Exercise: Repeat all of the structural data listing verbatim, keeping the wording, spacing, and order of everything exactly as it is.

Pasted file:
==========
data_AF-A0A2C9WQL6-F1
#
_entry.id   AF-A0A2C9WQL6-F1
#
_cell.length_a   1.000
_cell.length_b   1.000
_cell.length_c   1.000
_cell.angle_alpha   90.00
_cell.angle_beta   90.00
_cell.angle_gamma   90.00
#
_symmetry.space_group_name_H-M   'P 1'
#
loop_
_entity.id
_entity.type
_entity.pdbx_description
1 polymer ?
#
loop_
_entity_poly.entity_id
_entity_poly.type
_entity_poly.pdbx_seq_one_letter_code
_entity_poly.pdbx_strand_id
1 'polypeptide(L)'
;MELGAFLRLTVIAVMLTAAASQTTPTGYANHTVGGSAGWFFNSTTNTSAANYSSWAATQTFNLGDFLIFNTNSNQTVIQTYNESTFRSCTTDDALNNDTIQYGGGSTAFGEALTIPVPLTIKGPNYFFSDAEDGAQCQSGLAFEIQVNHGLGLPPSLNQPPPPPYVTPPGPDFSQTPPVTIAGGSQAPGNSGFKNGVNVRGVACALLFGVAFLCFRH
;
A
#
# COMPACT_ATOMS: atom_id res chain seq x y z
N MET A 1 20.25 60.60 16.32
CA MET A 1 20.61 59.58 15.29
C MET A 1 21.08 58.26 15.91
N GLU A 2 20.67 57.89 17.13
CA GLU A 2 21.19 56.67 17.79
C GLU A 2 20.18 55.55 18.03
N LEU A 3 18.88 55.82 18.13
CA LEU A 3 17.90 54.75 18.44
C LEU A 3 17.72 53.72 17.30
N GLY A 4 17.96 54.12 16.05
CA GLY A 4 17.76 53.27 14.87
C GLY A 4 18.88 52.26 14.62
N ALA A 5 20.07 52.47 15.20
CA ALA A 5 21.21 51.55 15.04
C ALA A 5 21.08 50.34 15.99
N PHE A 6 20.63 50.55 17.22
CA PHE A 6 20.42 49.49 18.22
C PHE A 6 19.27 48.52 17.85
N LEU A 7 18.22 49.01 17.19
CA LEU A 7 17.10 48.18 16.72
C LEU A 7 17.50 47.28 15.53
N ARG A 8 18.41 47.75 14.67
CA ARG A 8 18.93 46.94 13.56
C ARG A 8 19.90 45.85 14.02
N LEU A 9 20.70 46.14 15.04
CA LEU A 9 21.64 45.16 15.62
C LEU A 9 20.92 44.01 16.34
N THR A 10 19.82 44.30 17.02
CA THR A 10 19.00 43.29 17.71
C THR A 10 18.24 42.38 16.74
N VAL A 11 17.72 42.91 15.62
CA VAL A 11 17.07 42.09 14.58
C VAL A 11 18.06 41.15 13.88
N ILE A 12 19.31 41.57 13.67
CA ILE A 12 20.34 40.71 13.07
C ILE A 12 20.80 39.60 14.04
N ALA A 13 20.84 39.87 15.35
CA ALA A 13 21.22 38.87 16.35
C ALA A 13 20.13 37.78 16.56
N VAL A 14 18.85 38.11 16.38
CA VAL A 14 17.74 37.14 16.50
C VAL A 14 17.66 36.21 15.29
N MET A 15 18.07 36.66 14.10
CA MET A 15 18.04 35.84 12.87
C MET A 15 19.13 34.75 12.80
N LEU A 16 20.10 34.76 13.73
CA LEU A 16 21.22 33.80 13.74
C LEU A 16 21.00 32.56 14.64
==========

data_AF-A0A2C9WQL6-F1
#
_entry.id   AF-A0A2C9WQL6-F1
#
_cell.length_a   1.000
_cell.length_b   1.000
_cell.length_c   1.000
_cell.angle_alpha   90.00
_cell.angle_beta   90.00
_cell.angle_gamma   90.00
#
_symmetry.space_group_name_H-M   'P 1'
#
loop_
_entity.id
_entity.type
_entity.pdbx_description
1 polymer ?
#
loop_
_entity_poly.entity_id
_entity_poly.type
_entity_poly.pdbx_seq_one_letter_code
_entity_poly.pdbx_strand_id
1 'polypeptide(L)'
;MELGAFLRLTVIAVMLTAAASQTTPTGYANHTVGGSAGWFFNSTTNTSAANYSSWAATQTFNLGDFLIFNTNSNQTVIQTYNESTFRSCTTDDALNNDTIQYGGGSTAFGEALTIPVPLTIKGPNYFFSDAEDGAQCQSGLAFEIQVNHGLGLPPSLNQPPPPPYVTPPGPDFSQTPPVTIAGGSQAPGNSGFKNGVNVRGVACALLFGVAFLCFRH
;
A
#
# COMPACT_ATOMS: atom_id res chain seq x y z
N MET A 1 20.25 60.60 16.32
CA MET A 1 20.61 59.58 15.29
C MET A 1 21.08 58.26 15.91
N GLU A 2 20.67 57.89 17.13
CA GLU A 2 21.19 56.67 17.79
C GLU A 2 20.18 55.55 18.03
N LEU A 3 18.88 55.82 18.13
CA LEU A 3 17.90 54.75 18.44
C LEU A 3 17.72 53.72 17.30
N GLY A 4 17.96 54.12 16.05
CA GLY A 4 17.76 53.27 14.87
C GLY A 4 18.88 52.26 14.62
N ALA A 5 20.07 52.47 15.20
CA ALA A 5 21.21 51.55 15.04
C ALA A 5 21.08 50.34 15.99
N PHE A 6 20.63 50.55 17.22
CA PHE A 6 20.42 49.49 18.22
C PHE A 6 19.27 48.52 17.85
N LEU A 7 18.22 49.01 17.19
CA LEU A 7 17.10 48.18 16.72
C LEU A 7 17.50 47.28 15.53
N ARG A 8 18.41 47.75 14.67
CA ARG A 8 18.93 46.94 13.56
C ARG A 8 19.90 45.85 14.02
N LEU A 9 20.70 46.14 15.04
CA LEU A 9 21.64 45.16 15.62
C LEU A 9 20.92 44.01 16.34
N THR A 10 19.82 44.30 17.02
CA THR A 10 19.00 43.29 17.71
C THR A 10 18.24 42.38 16.74
N VAL A 11 17.72 42.91 15.62
CA VAL A 11 17.07 42.09 14.58
C VAL A 11 18.06 41.15 13.88
N ILE A 12 19.31 41.57 13.67
CA ILE A 12 20.34 40.71 13.07
C ILE A 12 20.80 39.60 14.04
N ALA A 13 20.84 39.87 15.35
CA ALA A 13 21.22 38.87 16.35
C ALA A 13 20.13 37.78 16.56
N VAL A 14 18.85 38.11 16.38
CA VAL A 14 17.74 37.14 16.50
C VAL A 14 17.66 36.21 15.29
N MET A 15 18.07 36.66 14.10
CA MET A 15 18.04 35.84 12.87
C MET A 15 19.13 34.75 12.80
N LEU A 16 20.10 34.76 13.73
CA LEU A 16 21.22 33.80 13.74
C LEU A 16 21.00 32.56 14.64